Purim Spiel is a fine Polish comedy (directed by Izabella Cywinska) originally televised in 2000 and first shown to an international audience in Cottbus. The theme of the film is anti-Semitism, but set in present-day Poland. Jan Kochanovski is a middle-aged Catholic factory worker in a small Polish town confronted with the loss of his job. Jan’s response to all the problems he confronts, including his own sacking at the start of the film, is the same—it is all the fault of the Jews. His anti-Semitism is taken up by his son, an unemployed football supporter who derides all the teams which beat his own with anti-Jewish swearwords. After a mysterious phone call inviting him to supper, Jan meets with a prominent American lawyer who informs him that, following a death in the family, Jan is the heir to a large fortune. There is a snag—the dead relative is Jewish and the lawyer has documentary evidence to demonstrate that Jan is also of Jewish stock.

A shattered Jan returns home to confront his family with the news. Upon hearing what he has to say his wife breaks into uncontrollable laughter. The son despairs at the fact that he is half-Jewish. His mother corrects him. Because of anti-Semitic sentiments after the war she made a secret of her own Jewish identity when marrying Jan. The son is Jewish through and through. In a number of very amusing scenes the Kochanovskis eventually not only come to terms, but learn to positively embrace their new identity.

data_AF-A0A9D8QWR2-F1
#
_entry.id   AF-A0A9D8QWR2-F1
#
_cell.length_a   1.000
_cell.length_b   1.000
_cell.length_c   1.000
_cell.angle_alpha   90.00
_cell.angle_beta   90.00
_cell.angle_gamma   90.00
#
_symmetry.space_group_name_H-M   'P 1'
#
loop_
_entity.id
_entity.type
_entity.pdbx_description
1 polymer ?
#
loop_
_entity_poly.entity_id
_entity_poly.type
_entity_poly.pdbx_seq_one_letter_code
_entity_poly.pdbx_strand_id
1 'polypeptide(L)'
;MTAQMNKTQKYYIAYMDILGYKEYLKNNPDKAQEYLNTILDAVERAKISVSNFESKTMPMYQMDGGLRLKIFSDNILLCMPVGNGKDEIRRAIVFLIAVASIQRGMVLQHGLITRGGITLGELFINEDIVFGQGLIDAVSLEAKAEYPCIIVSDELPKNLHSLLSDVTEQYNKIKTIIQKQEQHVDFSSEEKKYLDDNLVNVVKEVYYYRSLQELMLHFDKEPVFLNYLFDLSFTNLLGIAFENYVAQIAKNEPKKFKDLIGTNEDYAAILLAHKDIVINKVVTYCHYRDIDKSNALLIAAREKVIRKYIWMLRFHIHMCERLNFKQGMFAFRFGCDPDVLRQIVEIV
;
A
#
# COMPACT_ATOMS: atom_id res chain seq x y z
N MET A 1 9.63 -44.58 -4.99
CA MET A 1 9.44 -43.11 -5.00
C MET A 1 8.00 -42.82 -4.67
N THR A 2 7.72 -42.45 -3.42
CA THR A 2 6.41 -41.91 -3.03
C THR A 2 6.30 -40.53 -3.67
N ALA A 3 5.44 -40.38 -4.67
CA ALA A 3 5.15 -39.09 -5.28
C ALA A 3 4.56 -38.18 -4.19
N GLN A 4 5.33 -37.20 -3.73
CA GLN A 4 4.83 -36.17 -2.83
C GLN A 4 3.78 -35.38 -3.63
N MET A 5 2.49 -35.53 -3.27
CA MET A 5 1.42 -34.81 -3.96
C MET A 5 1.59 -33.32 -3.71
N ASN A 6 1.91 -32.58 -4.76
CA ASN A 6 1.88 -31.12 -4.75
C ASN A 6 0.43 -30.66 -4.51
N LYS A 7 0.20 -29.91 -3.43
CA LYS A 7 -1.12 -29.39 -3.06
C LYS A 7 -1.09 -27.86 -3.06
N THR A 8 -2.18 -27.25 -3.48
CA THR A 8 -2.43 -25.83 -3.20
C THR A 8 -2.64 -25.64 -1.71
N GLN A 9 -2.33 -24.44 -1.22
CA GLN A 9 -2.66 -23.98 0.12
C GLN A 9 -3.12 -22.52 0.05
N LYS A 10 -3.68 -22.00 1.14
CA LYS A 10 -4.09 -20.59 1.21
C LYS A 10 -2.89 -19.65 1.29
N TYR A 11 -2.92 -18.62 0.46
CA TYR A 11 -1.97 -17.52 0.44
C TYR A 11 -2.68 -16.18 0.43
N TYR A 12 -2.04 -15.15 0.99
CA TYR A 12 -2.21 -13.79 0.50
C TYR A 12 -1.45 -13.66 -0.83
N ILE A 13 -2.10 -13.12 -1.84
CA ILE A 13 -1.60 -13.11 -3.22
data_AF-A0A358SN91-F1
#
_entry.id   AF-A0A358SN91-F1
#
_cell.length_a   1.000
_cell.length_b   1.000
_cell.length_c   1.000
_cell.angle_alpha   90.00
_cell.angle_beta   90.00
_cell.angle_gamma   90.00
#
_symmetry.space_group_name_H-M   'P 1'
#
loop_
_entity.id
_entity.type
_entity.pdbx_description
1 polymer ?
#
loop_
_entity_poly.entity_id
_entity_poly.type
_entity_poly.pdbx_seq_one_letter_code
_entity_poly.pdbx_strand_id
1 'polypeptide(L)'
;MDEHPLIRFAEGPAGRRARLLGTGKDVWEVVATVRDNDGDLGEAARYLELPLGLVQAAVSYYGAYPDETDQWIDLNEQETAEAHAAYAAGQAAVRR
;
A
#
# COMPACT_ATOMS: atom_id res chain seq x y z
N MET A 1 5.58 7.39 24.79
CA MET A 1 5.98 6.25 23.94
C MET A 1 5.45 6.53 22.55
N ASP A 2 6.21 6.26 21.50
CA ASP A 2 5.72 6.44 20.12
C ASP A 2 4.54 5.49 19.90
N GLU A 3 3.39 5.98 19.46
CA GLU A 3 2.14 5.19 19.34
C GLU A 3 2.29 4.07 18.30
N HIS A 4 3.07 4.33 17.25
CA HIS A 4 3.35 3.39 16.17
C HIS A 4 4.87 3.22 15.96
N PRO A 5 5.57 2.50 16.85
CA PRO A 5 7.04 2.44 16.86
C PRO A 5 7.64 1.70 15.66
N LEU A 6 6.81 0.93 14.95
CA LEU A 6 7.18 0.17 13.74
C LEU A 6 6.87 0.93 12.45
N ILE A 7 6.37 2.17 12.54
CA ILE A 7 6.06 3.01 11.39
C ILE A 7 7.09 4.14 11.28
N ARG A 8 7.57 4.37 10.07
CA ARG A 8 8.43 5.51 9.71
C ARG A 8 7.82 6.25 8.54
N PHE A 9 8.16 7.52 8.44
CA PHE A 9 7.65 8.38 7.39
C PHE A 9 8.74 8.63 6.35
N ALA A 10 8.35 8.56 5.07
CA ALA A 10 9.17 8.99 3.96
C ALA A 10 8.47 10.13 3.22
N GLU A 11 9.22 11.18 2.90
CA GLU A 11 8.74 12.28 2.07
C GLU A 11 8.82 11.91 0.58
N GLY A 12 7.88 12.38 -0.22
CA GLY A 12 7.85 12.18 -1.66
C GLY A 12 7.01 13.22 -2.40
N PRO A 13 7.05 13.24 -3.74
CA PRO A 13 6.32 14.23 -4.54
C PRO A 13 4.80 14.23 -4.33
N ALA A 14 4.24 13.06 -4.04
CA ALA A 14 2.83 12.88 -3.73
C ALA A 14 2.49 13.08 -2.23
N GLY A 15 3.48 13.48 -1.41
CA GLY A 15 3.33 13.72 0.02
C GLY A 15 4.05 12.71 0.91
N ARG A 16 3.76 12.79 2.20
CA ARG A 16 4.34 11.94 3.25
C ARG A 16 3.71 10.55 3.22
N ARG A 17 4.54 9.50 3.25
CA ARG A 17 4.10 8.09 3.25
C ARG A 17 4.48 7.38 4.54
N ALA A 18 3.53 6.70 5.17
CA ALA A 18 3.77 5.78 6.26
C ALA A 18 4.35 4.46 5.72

The film also takes a side swipe at the Solidarity trade union movement. One scene shows Jan’s disgust for the Solidarity functionary who was able to avoid redundancy because of his trade union connections. Later in the film we see the same functionary was unable to avoid the fate of the other workers at the factory. He is also forced to seek new employment and we see him dressed up as a large chicken, trying to hide his embarrassment while handing out promotion leaflets at a supermarket.

The Kite

The Kite has been well received at showings at Russian film festivals and is the debut film of director Alexei Muradov. The story is simple and set in the early 1990s. The main character is a prison officer living in a small provincial Russian town. The husband is dour and grim-faced. Life for him and his family is a harsh struggle for survival in run-down, dilapidated housing and an environment where drowning one’s sorrows in alcohol seems to be the most reasonable of escapist pastimes. The only time he really begins to blossom is in the company of his young son who is disabled with cerebral palsy. We see him washing and playing with the young boy whose most fervent wish is to complete the construction of a kite.